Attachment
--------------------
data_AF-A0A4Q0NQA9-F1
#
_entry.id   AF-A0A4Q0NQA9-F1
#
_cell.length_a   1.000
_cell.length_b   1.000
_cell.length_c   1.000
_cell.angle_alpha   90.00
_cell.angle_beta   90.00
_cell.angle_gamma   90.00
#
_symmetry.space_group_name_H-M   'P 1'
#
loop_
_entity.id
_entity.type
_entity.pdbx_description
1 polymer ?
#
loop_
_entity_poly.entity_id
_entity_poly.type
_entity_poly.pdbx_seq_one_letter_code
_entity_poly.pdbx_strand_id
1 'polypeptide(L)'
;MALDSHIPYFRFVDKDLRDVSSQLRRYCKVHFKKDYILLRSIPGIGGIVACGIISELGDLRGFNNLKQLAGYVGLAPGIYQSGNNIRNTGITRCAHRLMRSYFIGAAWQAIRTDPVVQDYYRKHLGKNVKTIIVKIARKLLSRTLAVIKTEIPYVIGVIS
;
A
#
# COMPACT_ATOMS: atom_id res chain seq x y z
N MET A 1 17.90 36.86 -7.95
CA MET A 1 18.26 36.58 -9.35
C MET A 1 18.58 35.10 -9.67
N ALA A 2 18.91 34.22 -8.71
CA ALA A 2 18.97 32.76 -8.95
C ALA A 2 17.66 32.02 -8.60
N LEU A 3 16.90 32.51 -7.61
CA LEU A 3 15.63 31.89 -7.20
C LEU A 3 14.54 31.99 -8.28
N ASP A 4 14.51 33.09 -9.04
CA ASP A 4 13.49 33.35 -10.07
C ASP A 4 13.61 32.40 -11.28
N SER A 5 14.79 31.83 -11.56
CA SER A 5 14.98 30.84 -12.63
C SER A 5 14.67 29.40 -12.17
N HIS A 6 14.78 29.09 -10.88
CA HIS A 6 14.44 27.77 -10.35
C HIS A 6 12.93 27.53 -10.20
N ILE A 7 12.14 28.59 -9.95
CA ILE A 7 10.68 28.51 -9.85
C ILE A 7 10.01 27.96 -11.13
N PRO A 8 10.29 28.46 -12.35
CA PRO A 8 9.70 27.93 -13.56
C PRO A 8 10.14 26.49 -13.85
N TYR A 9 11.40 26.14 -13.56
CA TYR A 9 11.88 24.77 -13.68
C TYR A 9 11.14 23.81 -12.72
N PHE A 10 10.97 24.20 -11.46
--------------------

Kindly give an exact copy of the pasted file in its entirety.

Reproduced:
data_AF-A0A4Q0NQA9-F1
#
_entry.id   AF-A0A4Q0NQA9-F1
#
_cell.length_a   1.000
_cell.length_b   1.000
_cell.length_c   1.000
_cell.angle_alpha   90.00
_cell.angle_beta   90.00
_cell.angle_gamma   90.00
#
_symmetry.space_group_name_H-M   'P 1'
#
loop_
_entity.id
_entity.type
_entity.pdbx_description
1 polymer ?
#
loop_
_entity_poly.entity_id
_entity_poly.type
_entity_poly.pdbx_seq_one_letter_code
_entity_poly.pdbx_strand_id
1 'polypeptide(L)'
;MALDSHIPYFRFVDKDLRDVSSQLRRYCKVHFKKDYILLRSIPGIGGIVACGIISELGDLRGFNNLKQLAGYVGLAPGIYQSGNNIRNTGITRCAHRLMRSYFIGAAWQAIRTDPVVQDYYRKHLGKNVKTIIVKIARKLLSRTLAVIKTEIPYVIGVIS
;
A
#
# COMPACT_ATOMS: atom_id res chain seq x y z
N MET A 1 17.90 36.86 -7.95
CA MET A 1 18.26 36.58 -9.35
C MET A 1 18.58 35.10 -9.67
N ALA A 2 18.91 34.22 -8.71
CA ALA A 2 18.97 32.76 -8.95
C ALA A 2 17.66 32.02 -8.60
N LEU A 3 16.90 32.51 -7.61
CA LEU A 3 15.63 31.89 -7.20
C LEU A 3 14.54 31.99 -8.28
N ASP A 4 14.51 33.09 -9.04
CA ASP A 4 13.49 33.35 -10.07
C ASP A 4 13.61 32.40 -11.28
N SER A 5 14.79 31.83 -11.56
CA SER A 5 14.98 30.84 -12.63
C SER A 5 14.67 29.40 -12.17
N HIS A 6 14.78 29.09 -10.88
CA HIS A 6 14.44 27.77 -10.35
C HIS A 6 12.93 27.53 -10.20
N ILE A 7 12.14 28.59 -9.95
CA ILE A 7 10.68 28.51 -9.85
C ILE A 7 10.01 27.96 -11.13
N PRO A 8 10.29 28.46 -12.35
CA PRO A 8 9.70 27.93 -13.56
C PRO A 8 10.14 26.49 -13.85
N TYR A 9 11.40 26.14 -13.56
CA TYR A 9 11.88 24.77 -13.68
C TYR A 9 11.14 23.81 -12.72
N PHE A 10 10.97 24.20 -11.46